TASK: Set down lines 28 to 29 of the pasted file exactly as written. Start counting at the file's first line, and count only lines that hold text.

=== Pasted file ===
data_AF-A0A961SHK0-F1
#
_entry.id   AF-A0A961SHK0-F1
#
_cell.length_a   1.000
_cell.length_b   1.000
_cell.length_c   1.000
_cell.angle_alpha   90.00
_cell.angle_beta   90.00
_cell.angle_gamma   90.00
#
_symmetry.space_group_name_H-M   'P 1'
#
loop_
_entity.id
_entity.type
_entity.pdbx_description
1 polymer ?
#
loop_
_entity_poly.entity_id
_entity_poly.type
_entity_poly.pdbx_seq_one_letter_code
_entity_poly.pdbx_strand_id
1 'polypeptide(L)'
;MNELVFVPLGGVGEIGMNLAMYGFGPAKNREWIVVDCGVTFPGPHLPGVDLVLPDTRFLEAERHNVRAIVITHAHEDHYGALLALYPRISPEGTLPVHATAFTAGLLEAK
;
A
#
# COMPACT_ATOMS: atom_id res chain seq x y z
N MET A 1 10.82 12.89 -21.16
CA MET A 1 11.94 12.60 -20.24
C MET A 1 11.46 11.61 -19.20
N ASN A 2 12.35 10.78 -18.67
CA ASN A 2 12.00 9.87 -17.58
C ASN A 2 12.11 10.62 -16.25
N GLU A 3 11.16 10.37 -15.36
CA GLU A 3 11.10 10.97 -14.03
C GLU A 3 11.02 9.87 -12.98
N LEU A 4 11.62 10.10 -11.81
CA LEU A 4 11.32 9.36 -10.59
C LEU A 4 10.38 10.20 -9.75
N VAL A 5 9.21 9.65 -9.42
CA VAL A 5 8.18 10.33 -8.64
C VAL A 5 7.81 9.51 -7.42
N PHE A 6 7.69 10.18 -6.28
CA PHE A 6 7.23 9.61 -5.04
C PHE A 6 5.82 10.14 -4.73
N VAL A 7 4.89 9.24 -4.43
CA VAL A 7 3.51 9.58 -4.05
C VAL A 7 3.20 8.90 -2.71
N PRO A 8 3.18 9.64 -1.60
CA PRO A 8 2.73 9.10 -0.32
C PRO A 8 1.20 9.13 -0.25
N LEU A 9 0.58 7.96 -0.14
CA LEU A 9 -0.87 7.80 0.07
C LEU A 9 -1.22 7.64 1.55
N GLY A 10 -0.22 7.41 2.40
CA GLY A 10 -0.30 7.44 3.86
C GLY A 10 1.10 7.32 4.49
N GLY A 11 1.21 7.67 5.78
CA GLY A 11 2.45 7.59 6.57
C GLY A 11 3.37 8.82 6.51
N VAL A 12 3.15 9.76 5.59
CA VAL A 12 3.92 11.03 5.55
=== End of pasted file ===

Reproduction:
A
#